Block and ash flows are a kind of pyroclastic density current. "Pyroclastic flow" is a kind of catchall term, but there are more specific ones that better describe the makeup of one of these currents. "Block and ash flow" implies that the flow is composed of blocks (either of denser lava or pumice or both) and ash; "pumice flow" means that the contents are mainly pumice and ash, "ash flow" that there are few blocks and mostly ash in the current.
|Faint reverse grading in a block and ash flow deposit at Old Road Bay|
|Pointing out matrix in a deposit on the side of the Belham River Valley|
Debris avalanches form from older volcanic material that's unstable enough to collapse, either because of erosion or alteration or both. They form "hummocky" deposits that are very obvious in aerial photos, but in cross section they're also fairly easy to identify.
Lahars form when water mixes with volcanic material and flows downslope. These can have the consistency of soup to concrete, and they're a major concern even when a volcano isn't erupting (especially if the volcano is located in a tropical area that gets lots of rain.)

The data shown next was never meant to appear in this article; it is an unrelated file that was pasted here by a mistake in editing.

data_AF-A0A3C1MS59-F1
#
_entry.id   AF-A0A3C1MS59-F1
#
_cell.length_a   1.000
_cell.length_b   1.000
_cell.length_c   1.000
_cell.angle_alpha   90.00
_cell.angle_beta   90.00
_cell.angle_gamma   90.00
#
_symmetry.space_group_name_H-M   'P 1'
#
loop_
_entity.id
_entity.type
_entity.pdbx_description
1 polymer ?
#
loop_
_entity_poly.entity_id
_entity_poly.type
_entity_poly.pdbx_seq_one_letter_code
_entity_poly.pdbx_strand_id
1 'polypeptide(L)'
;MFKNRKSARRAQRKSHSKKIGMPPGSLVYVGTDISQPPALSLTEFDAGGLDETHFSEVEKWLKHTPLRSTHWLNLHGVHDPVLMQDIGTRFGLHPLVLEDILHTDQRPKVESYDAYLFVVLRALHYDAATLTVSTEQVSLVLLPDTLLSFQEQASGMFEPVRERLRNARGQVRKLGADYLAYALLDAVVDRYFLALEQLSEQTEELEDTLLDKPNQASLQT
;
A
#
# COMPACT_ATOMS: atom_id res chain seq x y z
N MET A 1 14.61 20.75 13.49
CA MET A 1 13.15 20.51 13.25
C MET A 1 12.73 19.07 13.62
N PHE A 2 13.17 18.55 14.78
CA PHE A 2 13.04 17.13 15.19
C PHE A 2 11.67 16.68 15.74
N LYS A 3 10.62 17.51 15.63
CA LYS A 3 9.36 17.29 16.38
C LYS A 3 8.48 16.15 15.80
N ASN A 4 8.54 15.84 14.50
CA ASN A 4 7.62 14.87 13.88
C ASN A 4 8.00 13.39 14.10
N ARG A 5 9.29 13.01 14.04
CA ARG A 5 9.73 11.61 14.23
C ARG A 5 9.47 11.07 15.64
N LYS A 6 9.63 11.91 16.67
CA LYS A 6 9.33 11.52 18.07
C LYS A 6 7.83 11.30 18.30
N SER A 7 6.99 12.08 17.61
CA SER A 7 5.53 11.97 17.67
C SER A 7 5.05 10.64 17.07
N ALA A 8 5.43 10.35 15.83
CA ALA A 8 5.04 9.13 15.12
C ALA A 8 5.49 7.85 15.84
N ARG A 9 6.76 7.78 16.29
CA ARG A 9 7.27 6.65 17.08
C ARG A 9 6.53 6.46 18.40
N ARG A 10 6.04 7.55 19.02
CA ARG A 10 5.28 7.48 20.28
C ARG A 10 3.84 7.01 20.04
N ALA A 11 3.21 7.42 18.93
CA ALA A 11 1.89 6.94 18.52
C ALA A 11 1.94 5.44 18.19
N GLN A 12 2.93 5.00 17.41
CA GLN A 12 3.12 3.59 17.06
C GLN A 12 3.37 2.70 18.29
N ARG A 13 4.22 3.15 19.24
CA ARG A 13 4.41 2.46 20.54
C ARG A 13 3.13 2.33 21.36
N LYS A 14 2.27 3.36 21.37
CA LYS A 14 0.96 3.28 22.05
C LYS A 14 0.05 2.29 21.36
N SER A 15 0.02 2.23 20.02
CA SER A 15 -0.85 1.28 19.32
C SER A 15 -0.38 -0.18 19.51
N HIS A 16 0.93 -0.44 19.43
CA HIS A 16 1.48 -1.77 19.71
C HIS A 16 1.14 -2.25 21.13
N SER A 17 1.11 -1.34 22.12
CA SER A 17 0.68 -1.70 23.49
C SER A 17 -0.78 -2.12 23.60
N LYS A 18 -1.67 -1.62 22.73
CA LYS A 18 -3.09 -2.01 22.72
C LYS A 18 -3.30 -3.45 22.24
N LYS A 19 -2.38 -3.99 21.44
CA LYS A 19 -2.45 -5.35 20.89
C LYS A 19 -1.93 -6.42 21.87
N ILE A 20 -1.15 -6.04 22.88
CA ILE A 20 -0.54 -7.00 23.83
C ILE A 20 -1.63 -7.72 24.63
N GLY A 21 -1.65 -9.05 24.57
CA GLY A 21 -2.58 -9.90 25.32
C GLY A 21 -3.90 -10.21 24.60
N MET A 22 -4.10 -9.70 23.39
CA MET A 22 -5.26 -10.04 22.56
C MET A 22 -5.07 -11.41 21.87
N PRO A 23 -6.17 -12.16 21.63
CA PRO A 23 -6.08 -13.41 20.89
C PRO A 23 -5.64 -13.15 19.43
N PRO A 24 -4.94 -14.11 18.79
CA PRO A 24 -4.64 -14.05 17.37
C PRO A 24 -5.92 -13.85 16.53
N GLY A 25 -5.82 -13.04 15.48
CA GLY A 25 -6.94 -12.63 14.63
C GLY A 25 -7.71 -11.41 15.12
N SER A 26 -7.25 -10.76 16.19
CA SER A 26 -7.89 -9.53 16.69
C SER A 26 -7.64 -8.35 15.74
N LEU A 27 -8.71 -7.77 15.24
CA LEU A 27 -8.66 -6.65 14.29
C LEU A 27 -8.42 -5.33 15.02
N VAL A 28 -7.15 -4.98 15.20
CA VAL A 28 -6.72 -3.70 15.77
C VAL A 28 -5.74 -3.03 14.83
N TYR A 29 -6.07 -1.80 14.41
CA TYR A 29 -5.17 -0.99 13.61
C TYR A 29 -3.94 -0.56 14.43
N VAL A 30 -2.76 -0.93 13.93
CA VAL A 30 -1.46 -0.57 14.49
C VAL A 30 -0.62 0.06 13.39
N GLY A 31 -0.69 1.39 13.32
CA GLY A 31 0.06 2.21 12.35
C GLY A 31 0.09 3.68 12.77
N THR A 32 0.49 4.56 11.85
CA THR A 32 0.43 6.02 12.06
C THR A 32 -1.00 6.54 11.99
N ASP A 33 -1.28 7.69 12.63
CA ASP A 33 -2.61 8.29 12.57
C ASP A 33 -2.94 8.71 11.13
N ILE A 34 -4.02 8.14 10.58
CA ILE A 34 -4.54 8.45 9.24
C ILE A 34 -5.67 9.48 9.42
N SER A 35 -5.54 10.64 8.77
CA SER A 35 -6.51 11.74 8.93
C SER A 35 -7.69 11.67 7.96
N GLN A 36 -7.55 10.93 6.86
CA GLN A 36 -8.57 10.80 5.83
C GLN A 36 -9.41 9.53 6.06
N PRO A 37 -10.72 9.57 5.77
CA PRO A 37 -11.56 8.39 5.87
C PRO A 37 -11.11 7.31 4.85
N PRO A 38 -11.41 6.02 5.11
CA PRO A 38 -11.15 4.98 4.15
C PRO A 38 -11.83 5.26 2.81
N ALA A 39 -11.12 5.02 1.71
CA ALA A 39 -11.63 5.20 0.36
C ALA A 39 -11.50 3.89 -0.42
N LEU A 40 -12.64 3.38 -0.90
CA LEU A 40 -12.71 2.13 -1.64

|Panorama of a debris avalanche deposit near Jack Boy Hill. Different colors mark chunks of preserved stratigraphy.|
Debris avalanche deposits contain mm to m sized clasts (or larger), as well as chunks of material from older deposits that retain their original stratigraphy. These clasts and chunks are poorly sorted, and rounded to angular in shape. Clast compositions are almost always mixed, and the matrix is often clayey and highly altered. Jigsaw jointing is apparent in individual clasts, with clast fragments separated by matrix material but orientation with respect to neighboring clasts preserved. Clasts or deposit blocks may be "smeared" out into trains or show internal faulting.
|A "jigsaw" fractured block in a debris avalanche deposit|
|House buried in lahar deposits in the Belham River Valley|
|Cross-section of a fairly recent lahar deposit. There's not much in the way of sorting or grading here.|
A fourth type of pyroclastic current, called a surge, also shows up on Montserrat, but they're not often preserved because they consist of a blast of ash and hot gases (sometimes derived from block and ash flows), and they leave very thin deposits. I don't have any good photos of them, but they tend to be fine-grained (mm to cm sized clasts at the most), and sometimes show cross-stratification. It's rare that they're preserved, especially in a tropical environment, because the fine material washes away very easily.